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School Proximity and Child Labor Evidence from Rurul Tanzania

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  • Florence Kondylis
  • Marco Manacorda

Abstract

Is improved school accessibility an effective policy tool for reducing child labor in developing countries? We address this question using micro data from rural Tanzania and a regression strategy that attempts to control for non-random location of households around schools as well as classical and non-classical measurement error in self-reported distance to school. Consistent with a simple model of child labor supply, but contrary to what appears to be a widespread perception, our analysis shows that school proximity leads to a rise in school attendance but no fall in child labor.

Suggested Citation

  • Florence Kondylis & Marco Manacorda, 2010. "School Proximity and Child Labor Evidence from Rurul Tanzania," CEP Discussion Papers dp1035, Centre for Economic Performance, LSE.
  • Handle: RePEc:cep:cepdps:dp1035
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    Cited by:

    1. Ghulam Abid & Binish Khan & Zeeshan Rafiq & Alia Ahmed, 2015. "Child Trade-Off Theory: A Theoretical Discussion on the Structure, Causes, Consequences and Eradication of Child Labor," Bulletin of Business and Economics (BBE), Research Foundation for Humanity (RFH), vol. 4(1), pages 24-34, March.
    2. Isabel Ruiz & Carlos Vargas-Silva, 2017. "The impact of hosting refugees on the intra-household allocation of tasks: A gender perspective," WIDER Working Paper Series 066, World Institute for Development Economic Research (UNU-WIDER).
    3. Edmonds, Eric V., 2008. "Child Labor," Handbook of Development Economics, Elsevier.
    4. Ellen Webbink & Jeroen Smits & Eelke Jong, 2013. "Household and Context Determinants of Child Labor in 221 Districts of 18 Developing Countries," Social Indicators Research: An International and Interdisciplinary Journal for Quality-of-Life Measurement, Springer, vol. 110(2), pages 819-836, January.
    5. Delphine Boutin, 2014. "Climate vulnerability, communities' resilience and child labour," Revue d'économie politique, Dalloz, vol. 124(4), pages 625-638.
    6. Harounan Kazianga & Leigh Linden & Ali Protik & Matt Sloan, 2016. "The Medium-Term Impacts of Girl-Friendly Schools: Seven-Year Evidence from School Construction in Burkina Faso," Development Working Papers 406, Centro Studi Luca d'Agliano, University of Milano, revised 11 Nov 2016.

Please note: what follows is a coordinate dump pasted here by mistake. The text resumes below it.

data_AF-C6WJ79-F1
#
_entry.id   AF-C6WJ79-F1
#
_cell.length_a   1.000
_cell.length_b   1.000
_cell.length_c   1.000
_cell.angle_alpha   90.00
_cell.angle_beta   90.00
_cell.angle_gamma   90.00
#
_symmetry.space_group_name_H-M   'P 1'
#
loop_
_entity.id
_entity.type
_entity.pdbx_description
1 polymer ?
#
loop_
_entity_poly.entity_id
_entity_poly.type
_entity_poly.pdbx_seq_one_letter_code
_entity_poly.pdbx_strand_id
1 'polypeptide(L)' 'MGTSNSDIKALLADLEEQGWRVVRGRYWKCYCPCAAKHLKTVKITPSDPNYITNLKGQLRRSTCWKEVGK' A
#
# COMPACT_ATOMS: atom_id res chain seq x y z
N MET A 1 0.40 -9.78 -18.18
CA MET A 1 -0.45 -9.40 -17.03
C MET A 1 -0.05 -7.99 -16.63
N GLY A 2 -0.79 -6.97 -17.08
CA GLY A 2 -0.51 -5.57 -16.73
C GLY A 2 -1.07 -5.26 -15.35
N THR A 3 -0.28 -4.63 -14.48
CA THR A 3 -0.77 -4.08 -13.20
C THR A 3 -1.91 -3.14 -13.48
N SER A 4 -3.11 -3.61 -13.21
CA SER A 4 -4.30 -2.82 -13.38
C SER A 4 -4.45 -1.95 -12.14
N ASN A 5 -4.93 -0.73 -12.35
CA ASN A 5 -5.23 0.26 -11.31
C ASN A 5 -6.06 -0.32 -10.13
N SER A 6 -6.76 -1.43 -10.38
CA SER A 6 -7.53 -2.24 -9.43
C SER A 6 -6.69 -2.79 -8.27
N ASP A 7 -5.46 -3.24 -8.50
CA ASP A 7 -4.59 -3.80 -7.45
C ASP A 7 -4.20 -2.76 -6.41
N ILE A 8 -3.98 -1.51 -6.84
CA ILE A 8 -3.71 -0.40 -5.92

7. Claus Pörtner, 2016. "Effects of parental absence on child labor and school attendance in the Philippines," Review of Economics of the Household, Springer, vol. 14(1), pages 103-130, March.
    8. F. Blanco, 2007. "Children's work in Angola: an overview," UCW Working Paper 38, Understanding Children's Work (UCW Programme).
    9. repec:eee:soceps:v:59:y:2017:i:c:p:1-12 is not listed on IDEAS
    10. de Hoop, Jacobus & Rosati, Furio C., 2014. "Does promoting school attendance reduce child labor? Evidence from Burkina Faso's BRIGHT project," Economics of Education Review, Elsevier, vol. 39(C), pages 78-96.
    11. Mikal Davis & Nick Ingwersen & Harounan Kazianga & Leigh Linden & Arif Mamun & Ali Protik & Matt Sloan, "undated". "Ten-Year Impacts of Burkina Faso's BRIGHT Program," Mathematica Policy Research Reports 2ecdd42bb503422b802ce20da, Mathematica Policy Research.
    12. repec:pal:eurjdr:v:30:y:2018:i:2:d:10.1057_s41287-017-0079-2 is not listed on IDEAS

    More about this item

    Keywords

    Distance to school; child labor; school enrolment;

    JEL classification:

    • J22 - Labor and Demographic Economics - - Demand and Supply of Labor - - - Time Allocation and Labor Supply
    • J82 - Labor and Demographic Economics - - Labor Standards - - - Labor Force Composition
    • O12 - Economic Development, Innovation, Technological Change, and Growth - - Economic Development - - - Microeconomic Analyses of Economic Development
    • O55 - Economic Development, Innovation, Technological Change, and Growth - - Economywide Country Studies - - - Africa

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